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Title: HSP70 as a target for correction of Wilson disease causing ATP7B mutants
Author: Concilli, Mafalda
ISNI:       0000 0004 6421 3224
Awarding Body: Open University
Current Institution: Open University
Date of Award: 2017
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Copper (Cu) is an essential micronutrient, which operates as a cofactor of enzymes regulating a wide range of critical physiological processes. However, Cu overload compromises the redox balance in cells and tissues causing serious toxicity. Removal of excess Cu from the body is driven be Cu-transporting ATPase ATP7B, which sequesters the potentially toxic metal and mediates its excretion into the bile. Mutations in the ATP7B result in Wilson disease (WD) that is caused by the toxic accumulation of Cu in the liver due to the loss of ATP7B function. The most frequent ATP7B mutant, H1069Q, still preserves a significant Cu-transporting activity, but undergoes retention and degradation in the endoplasmic reticulum (ER). Thus, rescue of ATP7B-H1069Q from the ER is expected to recover mutant function and, hence, would be beneficial for a large group of WD patients. Unfortunately, specific targets as well as safe drugs for correction of ATP7B-H1069Q mutant remain to be uncovered. Comparing interactomes of WT and H1069Q variants of ATP7B, I found HSP70 as a specific mutant interactor that regulates ER retention and degradation of ATP7B-H1069Q. HSP70 suppression (with either RNAi or allosteric inhibitor) improved stability of the mutant and facilitated its export from the ER to the Golgi and post-Golgi copper excretion sites. These findings prompted me to look for a safe way to inhibit HSP70 and rescue the ATP7B mutant. To this end several bioinformatics tools were employed to search for FDA-approved drugs that modulate HSP70 expression or exhibit structural similarity to HSP70 inhibitors. As a result, Domperidone and glucocorticoid receptor agonists were identified and validated as effective correctors of ATP7B mutant. In summary, my findings suggest a key role for HSP70 in proteostasis of ATP7B-H1069Q and revealed FDA-approved compounds as safe drugs for ATP7B mutant correction and, thus, for the normalization of Cu homeostasis in Wilson disease patients.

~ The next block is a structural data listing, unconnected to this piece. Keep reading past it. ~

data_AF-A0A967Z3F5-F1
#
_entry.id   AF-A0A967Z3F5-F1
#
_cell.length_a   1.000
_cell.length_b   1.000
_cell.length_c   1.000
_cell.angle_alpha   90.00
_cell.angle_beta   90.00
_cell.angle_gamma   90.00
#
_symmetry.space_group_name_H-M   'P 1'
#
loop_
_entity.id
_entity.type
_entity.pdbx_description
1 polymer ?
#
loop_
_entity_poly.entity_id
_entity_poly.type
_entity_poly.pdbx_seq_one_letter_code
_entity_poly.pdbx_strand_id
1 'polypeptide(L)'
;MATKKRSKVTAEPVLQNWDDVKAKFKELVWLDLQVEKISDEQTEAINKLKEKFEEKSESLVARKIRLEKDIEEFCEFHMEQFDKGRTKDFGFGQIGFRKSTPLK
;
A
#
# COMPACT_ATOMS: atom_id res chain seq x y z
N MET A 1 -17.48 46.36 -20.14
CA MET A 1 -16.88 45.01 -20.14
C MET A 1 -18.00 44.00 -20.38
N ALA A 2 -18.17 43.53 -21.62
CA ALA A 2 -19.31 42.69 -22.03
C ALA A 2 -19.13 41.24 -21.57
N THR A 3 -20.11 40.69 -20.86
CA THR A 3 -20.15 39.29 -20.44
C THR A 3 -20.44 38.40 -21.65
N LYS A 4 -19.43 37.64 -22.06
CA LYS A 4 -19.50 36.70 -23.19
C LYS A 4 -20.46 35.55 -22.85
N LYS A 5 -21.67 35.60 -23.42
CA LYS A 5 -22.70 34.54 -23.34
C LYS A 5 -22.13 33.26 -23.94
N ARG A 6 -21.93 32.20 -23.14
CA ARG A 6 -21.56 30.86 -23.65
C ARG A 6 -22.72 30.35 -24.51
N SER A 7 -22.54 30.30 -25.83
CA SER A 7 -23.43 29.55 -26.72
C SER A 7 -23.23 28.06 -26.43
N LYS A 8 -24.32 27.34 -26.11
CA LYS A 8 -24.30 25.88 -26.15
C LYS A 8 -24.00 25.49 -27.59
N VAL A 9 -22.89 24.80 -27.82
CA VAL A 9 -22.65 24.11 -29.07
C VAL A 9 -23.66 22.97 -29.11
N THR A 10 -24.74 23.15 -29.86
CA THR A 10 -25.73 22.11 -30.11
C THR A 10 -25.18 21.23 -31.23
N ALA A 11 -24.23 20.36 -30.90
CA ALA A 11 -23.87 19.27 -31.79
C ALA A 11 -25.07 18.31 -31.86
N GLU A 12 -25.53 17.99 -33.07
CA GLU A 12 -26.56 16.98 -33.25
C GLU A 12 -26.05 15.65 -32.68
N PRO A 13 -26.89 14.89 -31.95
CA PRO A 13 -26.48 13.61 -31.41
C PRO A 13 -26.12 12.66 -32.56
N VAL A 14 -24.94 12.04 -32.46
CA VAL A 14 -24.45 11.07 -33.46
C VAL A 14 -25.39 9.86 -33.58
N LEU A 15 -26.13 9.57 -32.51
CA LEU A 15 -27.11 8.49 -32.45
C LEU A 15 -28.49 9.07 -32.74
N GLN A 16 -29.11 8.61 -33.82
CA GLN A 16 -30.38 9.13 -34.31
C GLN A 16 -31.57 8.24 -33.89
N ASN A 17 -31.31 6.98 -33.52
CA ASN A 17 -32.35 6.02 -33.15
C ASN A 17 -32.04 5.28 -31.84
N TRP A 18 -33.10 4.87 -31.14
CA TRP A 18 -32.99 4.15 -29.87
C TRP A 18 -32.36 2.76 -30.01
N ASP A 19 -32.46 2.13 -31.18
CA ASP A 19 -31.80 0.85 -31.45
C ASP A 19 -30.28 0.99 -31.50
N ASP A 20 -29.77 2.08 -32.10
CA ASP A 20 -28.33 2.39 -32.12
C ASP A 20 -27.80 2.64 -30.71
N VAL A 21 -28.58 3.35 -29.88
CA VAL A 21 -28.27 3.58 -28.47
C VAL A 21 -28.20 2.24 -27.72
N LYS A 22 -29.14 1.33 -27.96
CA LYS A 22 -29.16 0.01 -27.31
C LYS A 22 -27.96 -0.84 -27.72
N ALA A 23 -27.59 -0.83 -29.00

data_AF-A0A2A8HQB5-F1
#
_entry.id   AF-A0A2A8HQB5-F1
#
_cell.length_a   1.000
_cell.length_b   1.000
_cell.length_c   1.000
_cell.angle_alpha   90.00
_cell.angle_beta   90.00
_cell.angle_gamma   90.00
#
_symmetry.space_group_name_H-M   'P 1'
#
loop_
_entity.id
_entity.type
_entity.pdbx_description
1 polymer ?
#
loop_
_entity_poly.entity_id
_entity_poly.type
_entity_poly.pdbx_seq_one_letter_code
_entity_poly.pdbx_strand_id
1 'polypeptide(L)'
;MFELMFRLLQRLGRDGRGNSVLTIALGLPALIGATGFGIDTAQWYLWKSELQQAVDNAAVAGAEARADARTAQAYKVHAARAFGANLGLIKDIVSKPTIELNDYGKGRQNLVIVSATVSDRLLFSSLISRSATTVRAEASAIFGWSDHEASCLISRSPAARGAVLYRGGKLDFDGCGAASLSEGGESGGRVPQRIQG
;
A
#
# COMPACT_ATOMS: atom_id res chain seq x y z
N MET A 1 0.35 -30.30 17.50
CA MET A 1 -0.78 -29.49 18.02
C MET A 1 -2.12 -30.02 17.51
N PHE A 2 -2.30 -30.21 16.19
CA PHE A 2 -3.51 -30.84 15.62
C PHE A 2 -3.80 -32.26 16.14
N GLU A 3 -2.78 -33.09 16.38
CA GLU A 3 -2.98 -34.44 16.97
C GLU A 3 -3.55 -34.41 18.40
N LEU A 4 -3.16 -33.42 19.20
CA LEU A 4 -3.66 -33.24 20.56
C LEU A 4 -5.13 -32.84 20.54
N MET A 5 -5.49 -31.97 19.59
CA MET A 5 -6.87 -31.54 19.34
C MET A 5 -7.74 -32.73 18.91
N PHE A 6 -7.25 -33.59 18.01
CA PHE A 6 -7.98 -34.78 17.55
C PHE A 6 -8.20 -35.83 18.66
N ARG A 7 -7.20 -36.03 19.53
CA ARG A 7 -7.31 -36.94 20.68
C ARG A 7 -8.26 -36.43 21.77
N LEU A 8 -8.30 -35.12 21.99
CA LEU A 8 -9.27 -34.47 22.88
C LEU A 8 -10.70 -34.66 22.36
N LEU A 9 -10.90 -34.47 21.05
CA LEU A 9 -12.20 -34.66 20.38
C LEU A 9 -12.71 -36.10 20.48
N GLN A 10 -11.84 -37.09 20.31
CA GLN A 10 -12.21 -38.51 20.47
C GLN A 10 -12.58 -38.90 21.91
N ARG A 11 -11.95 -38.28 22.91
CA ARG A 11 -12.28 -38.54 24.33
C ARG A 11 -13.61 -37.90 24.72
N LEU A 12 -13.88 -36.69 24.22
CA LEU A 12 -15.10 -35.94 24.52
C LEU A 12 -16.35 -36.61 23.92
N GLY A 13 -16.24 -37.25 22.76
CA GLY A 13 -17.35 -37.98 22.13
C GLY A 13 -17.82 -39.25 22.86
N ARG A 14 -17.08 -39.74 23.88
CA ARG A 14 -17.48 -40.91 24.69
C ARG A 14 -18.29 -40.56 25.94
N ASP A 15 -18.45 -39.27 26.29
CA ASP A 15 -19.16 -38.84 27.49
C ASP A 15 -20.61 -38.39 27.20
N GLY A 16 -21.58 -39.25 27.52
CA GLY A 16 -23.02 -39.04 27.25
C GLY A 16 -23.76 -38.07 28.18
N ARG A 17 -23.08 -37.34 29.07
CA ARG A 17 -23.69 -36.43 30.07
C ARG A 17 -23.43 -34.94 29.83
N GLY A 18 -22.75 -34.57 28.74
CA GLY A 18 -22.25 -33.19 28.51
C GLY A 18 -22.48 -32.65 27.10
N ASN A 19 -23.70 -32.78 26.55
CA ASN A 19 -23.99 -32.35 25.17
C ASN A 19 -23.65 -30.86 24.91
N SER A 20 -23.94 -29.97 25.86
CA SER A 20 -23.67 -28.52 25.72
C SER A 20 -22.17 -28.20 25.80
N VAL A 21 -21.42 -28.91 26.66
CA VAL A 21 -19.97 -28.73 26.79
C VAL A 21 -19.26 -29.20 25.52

Supervisor: Not available Sponsor: Not available
Qualification Name: Thesis (Ph.D.) Qualification Level: Doctoral